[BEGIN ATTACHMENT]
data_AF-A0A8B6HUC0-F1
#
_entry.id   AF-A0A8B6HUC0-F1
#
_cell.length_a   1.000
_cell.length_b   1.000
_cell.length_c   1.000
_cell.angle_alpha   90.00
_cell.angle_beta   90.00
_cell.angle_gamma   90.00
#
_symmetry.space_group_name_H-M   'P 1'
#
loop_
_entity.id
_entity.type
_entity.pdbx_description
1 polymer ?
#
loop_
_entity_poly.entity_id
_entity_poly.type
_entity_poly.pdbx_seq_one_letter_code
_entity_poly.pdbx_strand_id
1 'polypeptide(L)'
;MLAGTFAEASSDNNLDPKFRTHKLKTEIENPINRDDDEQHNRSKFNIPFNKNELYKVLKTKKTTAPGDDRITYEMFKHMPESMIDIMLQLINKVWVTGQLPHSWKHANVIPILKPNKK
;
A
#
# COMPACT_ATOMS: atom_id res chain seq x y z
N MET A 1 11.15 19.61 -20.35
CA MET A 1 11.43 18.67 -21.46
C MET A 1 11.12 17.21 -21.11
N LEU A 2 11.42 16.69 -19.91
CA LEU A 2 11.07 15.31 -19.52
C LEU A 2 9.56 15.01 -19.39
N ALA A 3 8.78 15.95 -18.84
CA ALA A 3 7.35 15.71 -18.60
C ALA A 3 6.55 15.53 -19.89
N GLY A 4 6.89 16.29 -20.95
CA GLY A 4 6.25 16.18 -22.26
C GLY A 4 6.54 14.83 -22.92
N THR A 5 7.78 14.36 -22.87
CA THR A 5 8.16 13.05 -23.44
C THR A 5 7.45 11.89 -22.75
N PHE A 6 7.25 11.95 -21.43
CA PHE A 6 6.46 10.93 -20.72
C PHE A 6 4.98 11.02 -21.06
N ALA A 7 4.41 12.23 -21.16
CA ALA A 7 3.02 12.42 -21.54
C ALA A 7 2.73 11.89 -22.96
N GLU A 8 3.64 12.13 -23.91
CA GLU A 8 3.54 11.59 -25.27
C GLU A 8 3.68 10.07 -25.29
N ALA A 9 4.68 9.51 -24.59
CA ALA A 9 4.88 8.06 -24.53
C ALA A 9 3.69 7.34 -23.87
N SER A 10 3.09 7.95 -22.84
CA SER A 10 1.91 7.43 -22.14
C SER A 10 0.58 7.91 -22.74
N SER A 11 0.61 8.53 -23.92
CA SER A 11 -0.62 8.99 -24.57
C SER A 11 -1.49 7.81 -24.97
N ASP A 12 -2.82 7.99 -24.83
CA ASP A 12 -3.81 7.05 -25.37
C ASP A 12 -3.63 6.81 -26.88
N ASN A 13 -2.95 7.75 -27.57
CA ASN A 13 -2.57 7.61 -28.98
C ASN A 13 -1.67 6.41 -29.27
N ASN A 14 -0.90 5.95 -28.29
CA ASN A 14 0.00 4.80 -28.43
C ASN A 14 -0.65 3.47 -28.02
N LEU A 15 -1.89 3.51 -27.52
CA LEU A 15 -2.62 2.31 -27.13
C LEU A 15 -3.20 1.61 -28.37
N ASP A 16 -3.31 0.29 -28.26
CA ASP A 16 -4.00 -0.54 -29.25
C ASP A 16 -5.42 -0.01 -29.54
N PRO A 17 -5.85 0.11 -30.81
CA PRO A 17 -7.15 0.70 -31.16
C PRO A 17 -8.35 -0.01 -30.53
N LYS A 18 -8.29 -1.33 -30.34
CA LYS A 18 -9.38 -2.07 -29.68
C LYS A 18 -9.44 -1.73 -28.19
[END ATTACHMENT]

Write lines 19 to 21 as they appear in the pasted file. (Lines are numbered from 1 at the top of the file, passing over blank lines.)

#
loop_
_entity_poly.entity_id